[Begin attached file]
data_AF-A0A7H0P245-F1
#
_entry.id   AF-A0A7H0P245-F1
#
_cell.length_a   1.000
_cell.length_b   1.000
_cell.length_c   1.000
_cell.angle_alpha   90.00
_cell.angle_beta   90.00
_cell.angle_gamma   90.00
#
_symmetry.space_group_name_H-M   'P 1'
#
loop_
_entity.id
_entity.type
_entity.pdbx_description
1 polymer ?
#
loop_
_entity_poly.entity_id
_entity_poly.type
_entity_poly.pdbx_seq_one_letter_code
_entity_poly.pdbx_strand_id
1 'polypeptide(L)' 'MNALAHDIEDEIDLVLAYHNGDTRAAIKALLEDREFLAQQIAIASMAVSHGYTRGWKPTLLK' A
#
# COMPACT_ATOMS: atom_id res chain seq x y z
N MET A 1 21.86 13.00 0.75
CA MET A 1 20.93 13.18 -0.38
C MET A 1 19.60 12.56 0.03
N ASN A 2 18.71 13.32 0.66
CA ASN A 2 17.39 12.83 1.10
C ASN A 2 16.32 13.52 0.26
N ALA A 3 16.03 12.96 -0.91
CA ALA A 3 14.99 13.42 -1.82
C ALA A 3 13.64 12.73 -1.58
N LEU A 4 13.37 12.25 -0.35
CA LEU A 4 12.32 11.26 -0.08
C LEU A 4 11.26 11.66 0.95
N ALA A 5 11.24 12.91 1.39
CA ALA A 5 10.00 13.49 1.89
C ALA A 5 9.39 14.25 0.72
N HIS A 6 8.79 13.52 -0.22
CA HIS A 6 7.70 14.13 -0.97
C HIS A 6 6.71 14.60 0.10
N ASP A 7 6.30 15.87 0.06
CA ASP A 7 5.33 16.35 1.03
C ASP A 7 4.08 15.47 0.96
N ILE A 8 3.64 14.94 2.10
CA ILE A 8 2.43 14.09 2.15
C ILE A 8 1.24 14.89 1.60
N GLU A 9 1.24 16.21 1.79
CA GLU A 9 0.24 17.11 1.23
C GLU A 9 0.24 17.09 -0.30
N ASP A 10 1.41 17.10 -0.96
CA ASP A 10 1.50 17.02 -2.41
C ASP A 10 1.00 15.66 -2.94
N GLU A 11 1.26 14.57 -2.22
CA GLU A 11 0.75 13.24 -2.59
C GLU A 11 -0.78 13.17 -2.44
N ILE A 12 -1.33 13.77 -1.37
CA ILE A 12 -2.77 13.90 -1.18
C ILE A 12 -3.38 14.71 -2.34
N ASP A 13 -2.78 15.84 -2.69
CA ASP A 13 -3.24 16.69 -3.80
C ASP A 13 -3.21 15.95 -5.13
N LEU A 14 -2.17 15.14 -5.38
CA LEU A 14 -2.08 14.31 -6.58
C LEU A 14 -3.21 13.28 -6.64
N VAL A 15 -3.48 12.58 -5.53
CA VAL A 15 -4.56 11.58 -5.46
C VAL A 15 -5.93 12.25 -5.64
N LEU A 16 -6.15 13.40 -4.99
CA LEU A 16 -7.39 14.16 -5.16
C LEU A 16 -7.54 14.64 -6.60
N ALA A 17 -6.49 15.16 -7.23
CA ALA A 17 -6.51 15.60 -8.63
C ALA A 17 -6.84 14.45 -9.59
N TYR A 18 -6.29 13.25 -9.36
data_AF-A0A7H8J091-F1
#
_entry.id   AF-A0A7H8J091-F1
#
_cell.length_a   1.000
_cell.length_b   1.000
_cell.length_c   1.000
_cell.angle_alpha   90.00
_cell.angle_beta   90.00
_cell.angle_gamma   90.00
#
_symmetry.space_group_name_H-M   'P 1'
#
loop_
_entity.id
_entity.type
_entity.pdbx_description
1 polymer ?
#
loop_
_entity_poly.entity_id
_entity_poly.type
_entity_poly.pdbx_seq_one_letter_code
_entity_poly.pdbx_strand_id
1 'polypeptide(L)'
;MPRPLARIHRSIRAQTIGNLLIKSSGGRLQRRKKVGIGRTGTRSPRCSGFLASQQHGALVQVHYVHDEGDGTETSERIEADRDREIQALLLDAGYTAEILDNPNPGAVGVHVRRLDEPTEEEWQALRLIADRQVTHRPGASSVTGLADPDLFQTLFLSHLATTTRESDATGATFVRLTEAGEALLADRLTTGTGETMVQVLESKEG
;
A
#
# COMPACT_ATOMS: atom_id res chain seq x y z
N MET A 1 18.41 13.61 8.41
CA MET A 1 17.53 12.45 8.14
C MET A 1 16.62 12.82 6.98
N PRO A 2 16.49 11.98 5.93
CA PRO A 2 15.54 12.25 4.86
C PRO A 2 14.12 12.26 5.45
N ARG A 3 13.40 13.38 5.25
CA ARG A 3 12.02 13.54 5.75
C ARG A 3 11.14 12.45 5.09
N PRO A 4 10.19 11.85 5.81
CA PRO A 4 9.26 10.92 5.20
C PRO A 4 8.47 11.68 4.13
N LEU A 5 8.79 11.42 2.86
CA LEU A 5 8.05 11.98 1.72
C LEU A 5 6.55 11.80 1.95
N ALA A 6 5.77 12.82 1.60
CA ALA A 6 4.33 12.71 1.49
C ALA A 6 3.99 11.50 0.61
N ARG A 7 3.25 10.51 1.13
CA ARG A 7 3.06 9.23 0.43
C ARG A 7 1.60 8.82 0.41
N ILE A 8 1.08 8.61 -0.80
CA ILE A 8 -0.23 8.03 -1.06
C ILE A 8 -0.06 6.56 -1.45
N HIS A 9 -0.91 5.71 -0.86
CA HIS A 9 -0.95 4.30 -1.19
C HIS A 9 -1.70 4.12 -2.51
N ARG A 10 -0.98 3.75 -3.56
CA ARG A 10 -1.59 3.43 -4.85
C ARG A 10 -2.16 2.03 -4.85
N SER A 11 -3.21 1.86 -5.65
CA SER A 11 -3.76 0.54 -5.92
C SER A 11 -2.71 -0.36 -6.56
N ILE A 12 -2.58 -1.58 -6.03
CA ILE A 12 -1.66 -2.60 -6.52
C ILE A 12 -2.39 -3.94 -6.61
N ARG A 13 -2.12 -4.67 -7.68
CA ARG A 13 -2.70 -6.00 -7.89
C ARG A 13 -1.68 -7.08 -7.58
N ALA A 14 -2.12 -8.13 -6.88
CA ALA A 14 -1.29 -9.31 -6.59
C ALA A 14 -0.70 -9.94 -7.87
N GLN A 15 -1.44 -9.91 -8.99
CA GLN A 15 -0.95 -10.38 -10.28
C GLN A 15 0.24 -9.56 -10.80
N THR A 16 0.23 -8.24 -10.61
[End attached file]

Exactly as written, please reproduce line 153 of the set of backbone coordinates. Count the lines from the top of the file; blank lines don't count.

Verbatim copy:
CA GLN A 15 -0.95 -10.38 -10.28